Soccer fans swarmed St. Petersburg Wednesday evening for one of the last home games of the season, ready to see the Rowdies take on New York.

But right outside the gate sat a second group of talented athletes with a winning record that rivals the Rowdies--the Tampa Thunder Power Soccer team.

Power Soccer is the first competitive team sport designed and developed specifically for power wheelchair users.

The players include people with quadriplegia, multiple sclerosis, muscular dystrophy, cerebral palsy, head trauma, stroke, spinal cord injury and other disabilities.

Power Soccer combines the skill of the wheelchair user with the speed and power of the chair itself, to participate in an extremely challenging game similar to soccer.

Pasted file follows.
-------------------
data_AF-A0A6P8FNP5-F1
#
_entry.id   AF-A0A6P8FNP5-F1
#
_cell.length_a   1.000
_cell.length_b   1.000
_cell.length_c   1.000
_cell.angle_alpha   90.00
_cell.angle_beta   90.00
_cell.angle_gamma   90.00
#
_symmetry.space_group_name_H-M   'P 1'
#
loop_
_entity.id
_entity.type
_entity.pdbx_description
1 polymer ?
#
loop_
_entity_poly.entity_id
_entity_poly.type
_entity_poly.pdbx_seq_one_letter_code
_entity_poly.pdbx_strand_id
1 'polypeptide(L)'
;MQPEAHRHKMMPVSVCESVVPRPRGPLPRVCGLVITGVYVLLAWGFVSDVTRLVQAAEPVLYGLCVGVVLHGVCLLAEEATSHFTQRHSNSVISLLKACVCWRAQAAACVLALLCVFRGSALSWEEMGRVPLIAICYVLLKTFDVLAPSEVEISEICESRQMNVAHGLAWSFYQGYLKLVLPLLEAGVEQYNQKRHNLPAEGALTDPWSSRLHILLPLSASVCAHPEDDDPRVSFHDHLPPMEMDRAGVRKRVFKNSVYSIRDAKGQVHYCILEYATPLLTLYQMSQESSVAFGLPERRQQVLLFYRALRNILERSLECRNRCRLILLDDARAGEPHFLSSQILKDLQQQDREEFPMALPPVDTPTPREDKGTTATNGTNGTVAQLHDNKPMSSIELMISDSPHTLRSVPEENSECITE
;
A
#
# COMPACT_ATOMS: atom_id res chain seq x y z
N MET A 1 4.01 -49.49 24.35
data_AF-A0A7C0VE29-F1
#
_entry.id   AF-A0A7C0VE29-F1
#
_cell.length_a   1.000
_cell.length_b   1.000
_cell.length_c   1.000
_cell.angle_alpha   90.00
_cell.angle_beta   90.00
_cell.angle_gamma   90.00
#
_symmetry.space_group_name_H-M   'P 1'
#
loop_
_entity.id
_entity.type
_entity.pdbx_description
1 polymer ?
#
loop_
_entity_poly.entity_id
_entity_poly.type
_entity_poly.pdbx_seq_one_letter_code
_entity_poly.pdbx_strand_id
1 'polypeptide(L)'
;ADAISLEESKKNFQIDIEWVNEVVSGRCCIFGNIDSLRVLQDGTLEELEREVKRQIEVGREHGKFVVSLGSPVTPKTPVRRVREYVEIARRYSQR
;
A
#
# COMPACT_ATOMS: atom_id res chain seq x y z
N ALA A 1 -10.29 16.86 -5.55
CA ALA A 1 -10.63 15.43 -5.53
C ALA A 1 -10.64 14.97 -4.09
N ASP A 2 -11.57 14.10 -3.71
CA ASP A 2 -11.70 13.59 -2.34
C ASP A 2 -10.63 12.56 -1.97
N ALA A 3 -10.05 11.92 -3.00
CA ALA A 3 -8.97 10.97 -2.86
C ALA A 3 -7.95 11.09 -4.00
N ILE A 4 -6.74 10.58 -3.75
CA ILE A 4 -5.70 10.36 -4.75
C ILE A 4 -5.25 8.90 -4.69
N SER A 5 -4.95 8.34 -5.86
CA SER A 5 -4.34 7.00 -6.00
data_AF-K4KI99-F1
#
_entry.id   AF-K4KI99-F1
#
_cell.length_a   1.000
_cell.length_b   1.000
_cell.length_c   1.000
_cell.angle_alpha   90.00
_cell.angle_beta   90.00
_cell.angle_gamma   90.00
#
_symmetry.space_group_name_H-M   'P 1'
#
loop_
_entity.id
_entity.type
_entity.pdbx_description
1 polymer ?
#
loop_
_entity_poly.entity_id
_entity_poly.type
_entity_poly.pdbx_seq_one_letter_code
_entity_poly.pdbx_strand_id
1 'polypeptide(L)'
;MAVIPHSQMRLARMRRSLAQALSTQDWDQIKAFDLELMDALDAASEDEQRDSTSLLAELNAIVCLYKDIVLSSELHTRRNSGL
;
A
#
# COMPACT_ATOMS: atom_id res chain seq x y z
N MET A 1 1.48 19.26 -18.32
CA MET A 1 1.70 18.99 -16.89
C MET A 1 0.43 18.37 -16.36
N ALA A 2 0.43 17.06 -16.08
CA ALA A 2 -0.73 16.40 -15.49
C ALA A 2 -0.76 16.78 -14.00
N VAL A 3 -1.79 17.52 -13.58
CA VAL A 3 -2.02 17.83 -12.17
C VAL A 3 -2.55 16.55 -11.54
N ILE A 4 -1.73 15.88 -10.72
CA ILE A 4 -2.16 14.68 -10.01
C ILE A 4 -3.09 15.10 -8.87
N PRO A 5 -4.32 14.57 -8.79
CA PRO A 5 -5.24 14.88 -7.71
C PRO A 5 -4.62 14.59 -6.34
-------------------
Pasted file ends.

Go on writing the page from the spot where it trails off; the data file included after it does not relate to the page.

"We’re really competitive, we’re just like any other athletes… like the Rowdies… we’re no different than them," player Ryan Coton said.

The game is played with four players on the court, and each player in a wheelchair equipped with a cage on the front to hit the ball.

Two teams of four power chair users attack, defend, and spin-kick a 13-inch soccer ball in an attempt to score goals.

"Anyone who’s able bodied who plays a sport, they’re not just playing for fun… they’re playing to win," player Danny Gorman added.

Power Soccer is a very active and growing sport, both nationally and internationally.

Tampa Thunder has a rigid practice schedule and more than 90 plays memorized. For this team, it's all about strategy and teamwork as they travel the country all season long.

"It just gives us the opportunity to be like everybody else, to do what everybody else can do," Coton said.

Their dedication caught the attention of the Rowdies on Wednesday, who gave a shout out to Tampa Thunder during the game.